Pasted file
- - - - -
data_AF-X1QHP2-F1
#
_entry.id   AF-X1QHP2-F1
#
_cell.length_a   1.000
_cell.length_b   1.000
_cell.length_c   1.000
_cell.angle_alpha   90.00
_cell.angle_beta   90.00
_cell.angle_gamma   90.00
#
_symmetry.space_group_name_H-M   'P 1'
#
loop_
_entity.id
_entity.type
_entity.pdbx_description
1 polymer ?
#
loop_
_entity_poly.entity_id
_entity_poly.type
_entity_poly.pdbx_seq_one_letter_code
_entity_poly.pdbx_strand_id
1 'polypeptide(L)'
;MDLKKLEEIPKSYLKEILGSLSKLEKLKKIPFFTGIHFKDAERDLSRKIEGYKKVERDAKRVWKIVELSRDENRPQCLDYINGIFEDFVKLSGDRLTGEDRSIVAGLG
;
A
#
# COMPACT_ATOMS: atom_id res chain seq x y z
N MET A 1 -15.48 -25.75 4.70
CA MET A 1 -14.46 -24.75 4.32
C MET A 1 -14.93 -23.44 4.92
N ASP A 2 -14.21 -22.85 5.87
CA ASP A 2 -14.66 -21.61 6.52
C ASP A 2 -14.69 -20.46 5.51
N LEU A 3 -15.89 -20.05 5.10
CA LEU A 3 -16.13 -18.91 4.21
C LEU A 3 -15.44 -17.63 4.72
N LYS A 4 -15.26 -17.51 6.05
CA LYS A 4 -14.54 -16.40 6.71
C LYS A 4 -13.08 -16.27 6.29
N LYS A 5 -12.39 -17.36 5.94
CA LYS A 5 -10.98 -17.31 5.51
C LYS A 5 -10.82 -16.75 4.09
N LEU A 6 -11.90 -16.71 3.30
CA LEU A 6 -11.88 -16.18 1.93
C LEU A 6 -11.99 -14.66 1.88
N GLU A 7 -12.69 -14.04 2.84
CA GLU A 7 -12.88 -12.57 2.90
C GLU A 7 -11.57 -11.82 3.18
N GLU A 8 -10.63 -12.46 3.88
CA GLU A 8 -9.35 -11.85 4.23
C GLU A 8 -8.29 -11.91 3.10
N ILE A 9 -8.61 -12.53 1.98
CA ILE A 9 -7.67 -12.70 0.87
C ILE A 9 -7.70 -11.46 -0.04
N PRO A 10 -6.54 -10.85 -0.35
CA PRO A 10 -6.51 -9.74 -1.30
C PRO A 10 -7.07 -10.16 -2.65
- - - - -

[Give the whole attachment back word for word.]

data_AF-X1QHP2-F1
#
_entry.id   AF-X1QHP2-F1
#
_cell.length_a   1.000
_cell.length_b   1.000
_cell.length_c   1.000
_cell.angle_alpha   90.00
_cell.angle_beta   90.00
_cell.angle_gamma   90.00
#
_symmetry.space_group_name_H-M   'P 1'
#
loop_
_entity.id
_entity.type
_entity.pdbx_description
1 polymer ?
#
loop_
_entity_poly.entity_id
_entity_poly.type
_entity_poly.pdbx_seq_one_letter_code
_entity_poly.pdbx_strand_id
1 'polypeptide(L)'
;MDLKKLEEIPKSYLKEILGSLSKLEKLKKIPFFTGIHFKDAERDLSRKIEGYKKVERDAKRVWKIVELSRDENRPQCLDYINGIFEDFVKLSGDRLTGEDRSIVAGLG
;
A
#
# COMPACT_ATOMS: atom_id res chain seq x y z
N MET A 1 -15.48 -25.75 4.70
CA MET A 1 -14.46 -24.75 4.32
C MET A 1 -14.93 -23.44 4.92
N ASP A 2 -14.21 -22.85 5.87
CA ASP A 2 -14.66 -21.61 6.52
C ASP A 2 -14.69 -20.46 5.51
N LEU A 3 -15.89 -20.05 5.10
CA LEU A 3 -16.13 -18.91 4.21
C LEU A 3 -15.44 -17.63 4.72
N LYS A 4 -15.26 -17.51 6.05
CA LYS A 4 -14.54 -16.40 6.71
C LYS A 4 -13.08 -16.27 6.29
N LYS A 5 -12.39 -17.36 5.94
CA LYS A 5 -10.98 -17.31 5.51
C LYS A 5 -10.82 -16.75 4.09
N LEU A 6 -11.90 -16.71 3.30
CA LEU A 6 -11.88 -16.18 1.93
C LEU A 6 -11.99 -14.66 1.88
N GLU A 7 -12.69 -14.04 2.84
CA GLU A 7 -12.88 -12.57 2.90
C GLU A 7 -11.57 -11.82 3.18
N GLU A 8 -10.63 -12.46 3.88
CA GLU A 8 -9.35 -11.85 4.23
C GLU A 8 -8.29 -11.91 3.10
N ILE A 9 -8.61 -12.53 1.98
CA ILE A 9 -7.67 -12.70 0.87
C ILE A 9 -7.70 -11.46 -0.04
N PRO A 10 -6.54 -10.85 -0.35
CA PRO A 10 -6.51 -9.74 -1.30
C PRO A 10 -7.07 -10.16 -2.65